We’re on the ground in Turkey to help save animals
By Kitty Block
Over the weekend, our disaster relief team arrived in Turkey (Türkiye) to provide emergency relief to thousands of dogs, cats and other animals in the aftermath of the devastating and fatal 7.8 magnitude earthquake that struck the region earlier this month.
When the first team members arrived in Antakya on Saturday, they got their first glimpses of the harsh realities facing survivors. Antakya was once one of the most beautiful cities in the country; now virtually every building is destroyed or damaged. Tents of refugee and rescuer camps dot the horizon. There are dogs and cats wandering about in many communities, street animals alongside pets who no longer have homes. Piles of pet food are being left for them on street corners.
A local veterinarian told our team his story: His clinic collapsed during the earthquake, and he was dug out from the rubble. He and his wife immediately set up a veterinary tent with other volunteer vets to treat animals. Our team, including our own veterinarian Claudia Edwards from Mexico, is working at that field hospital to take care of animals, and respond to pleas for help from locals desperate to find their lost pets. Our veterinarian host is just one of the many Turkish citizens our team has encountered, people who demonstrate incredible resilience and selflessness despite experiencing immense loss and displacement.
Our team is going out daily to respond to reports of animals still alive in damaged buildings, and they’ve been able to save lives—dogs and cats struggling to survive alone in apartments or wandering through the rubble, often suffering from cuts and bruises or from shock, malnutrition, dehydration and infections. There is also a steady stream of people coming into the field tent—which was set up by local vets and is where our team is working—to look for their missing animals or bring in found dogs and cats in need. The rest of our team met up with other local animal groups operating in the area to assess together where help is most needed.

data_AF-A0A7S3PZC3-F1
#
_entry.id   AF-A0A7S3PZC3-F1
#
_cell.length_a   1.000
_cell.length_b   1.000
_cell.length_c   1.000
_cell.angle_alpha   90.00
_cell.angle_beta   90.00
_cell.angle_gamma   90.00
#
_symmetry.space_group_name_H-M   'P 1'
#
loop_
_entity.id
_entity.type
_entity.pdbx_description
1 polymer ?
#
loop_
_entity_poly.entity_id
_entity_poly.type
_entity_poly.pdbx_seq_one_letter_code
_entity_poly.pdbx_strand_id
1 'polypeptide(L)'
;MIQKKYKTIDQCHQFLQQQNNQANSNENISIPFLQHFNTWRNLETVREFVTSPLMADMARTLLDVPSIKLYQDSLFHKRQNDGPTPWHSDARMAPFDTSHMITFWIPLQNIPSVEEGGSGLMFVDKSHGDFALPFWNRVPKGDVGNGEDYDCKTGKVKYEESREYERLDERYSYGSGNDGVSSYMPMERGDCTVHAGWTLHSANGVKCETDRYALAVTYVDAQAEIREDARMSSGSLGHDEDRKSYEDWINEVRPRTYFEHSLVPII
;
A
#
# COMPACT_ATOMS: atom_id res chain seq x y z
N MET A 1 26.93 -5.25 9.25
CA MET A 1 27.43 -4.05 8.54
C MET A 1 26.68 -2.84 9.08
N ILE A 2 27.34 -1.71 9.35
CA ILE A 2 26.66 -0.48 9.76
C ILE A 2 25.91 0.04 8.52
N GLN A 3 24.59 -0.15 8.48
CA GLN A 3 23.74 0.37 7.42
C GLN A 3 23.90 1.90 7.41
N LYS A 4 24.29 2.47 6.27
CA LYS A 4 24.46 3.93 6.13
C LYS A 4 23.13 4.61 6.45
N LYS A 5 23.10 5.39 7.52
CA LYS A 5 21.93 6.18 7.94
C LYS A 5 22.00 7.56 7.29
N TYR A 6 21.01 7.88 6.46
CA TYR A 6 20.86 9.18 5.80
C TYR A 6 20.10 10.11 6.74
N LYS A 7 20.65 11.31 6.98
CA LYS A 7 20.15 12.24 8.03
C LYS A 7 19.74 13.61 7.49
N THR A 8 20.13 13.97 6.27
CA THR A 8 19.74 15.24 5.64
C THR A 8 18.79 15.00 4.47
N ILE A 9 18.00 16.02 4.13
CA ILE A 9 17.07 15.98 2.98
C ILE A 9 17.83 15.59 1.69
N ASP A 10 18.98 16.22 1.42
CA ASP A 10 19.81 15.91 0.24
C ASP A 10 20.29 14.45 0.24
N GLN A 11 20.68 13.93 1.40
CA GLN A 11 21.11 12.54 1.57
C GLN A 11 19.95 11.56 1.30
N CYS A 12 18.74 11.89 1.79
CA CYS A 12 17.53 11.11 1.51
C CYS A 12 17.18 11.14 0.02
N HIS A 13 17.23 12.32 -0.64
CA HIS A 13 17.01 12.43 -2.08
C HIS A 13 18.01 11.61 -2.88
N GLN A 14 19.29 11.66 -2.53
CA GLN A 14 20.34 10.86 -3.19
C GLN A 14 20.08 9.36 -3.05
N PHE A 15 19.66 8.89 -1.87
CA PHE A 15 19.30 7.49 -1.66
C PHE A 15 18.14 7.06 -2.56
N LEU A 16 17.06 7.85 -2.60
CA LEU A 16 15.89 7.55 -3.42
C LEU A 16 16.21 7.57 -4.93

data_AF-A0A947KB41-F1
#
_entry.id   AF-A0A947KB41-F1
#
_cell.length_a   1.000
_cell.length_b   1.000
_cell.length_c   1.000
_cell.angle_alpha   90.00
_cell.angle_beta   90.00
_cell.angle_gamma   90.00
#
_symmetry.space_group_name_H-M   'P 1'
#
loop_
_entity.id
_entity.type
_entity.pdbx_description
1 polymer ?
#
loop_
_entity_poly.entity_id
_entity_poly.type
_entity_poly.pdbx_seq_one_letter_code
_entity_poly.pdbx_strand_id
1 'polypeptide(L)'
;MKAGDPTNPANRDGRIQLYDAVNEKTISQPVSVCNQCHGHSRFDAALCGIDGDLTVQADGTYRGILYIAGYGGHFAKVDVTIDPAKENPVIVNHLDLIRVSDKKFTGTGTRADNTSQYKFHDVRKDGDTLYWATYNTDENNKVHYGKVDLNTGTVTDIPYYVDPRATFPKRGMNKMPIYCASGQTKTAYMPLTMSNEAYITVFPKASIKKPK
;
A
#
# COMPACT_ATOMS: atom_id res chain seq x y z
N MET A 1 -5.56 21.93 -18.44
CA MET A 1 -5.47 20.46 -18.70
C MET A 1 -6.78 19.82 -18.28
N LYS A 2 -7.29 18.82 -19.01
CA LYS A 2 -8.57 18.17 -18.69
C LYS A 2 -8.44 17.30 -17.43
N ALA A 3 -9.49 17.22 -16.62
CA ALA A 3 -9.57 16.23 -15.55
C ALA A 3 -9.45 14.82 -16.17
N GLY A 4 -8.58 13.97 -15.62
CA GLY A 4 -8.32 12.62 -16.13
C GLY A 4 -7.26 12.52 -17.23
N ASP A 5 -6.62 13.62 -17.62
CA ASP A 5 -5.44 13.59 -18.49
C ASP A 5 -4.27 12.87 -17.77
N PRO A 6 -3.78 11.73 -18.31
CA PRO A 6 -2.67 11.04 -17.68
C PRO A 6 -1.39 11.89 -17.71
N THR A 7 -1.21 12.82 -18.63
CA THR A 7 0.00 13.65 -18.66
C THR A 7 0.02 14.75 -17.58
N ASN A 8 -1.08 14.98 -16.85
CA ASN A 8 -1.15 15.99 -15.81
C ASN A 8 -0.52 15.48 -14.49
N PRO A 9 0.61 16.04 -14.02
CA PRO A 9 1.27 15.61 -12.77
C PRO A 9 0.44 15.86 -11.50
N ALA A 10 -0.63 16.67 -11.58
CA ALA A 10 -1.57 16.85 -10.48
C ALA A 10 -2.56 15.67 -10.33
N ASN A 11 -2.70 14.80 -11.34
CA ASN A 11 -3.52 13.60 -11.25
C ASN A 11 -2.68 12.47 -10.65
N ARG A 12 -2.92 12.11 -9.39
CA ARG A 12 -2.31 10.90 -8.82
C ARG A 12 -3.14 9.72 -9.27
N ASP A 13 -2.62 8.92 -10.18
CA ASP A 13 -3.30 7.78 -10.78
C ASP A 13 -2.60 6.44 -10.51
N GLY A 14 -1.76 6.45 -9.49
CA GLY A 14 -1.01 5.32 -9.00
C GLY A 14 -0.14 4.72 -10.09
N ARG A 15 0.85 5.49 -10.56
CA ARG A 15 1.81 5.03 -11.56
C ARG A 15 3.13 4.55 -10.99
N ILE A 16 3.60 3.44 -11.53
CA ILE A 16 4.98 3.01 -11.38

Ahead of our team’s arrival, Humane Society International provided emergency financial assistance to local animal rescue groups such as Yuk Hayvanlarani Koruma Ve Kurtama Dernegi (Working Animals Rescue Foundation) and Homeless Animals Protection Society, enabling them to dispatch veterinarians and response vehicles to get veterinary and relief supplies to the animals and their people most in need. Now, our experienced disaster responders have begun to arrive from all over the world—Europe, the U.S., Mexico and Costa Rica, with more coming from Colombia and India—to assist local groups in the emergency.
HSI’s director of animal disaster response Kelly Donithan is leading the deployment. Donithan is a seasoned disaster responder who has helped rescue and bring aid to animals impacted by disasters in Australia, Africa, Beirut, and countries neighboring Ukraine, and she has been in contact with local groups that estimate, in addition to the tens of thousands of people who were tragically killed by the earthquake, hundreds of animals have likely lost their lives.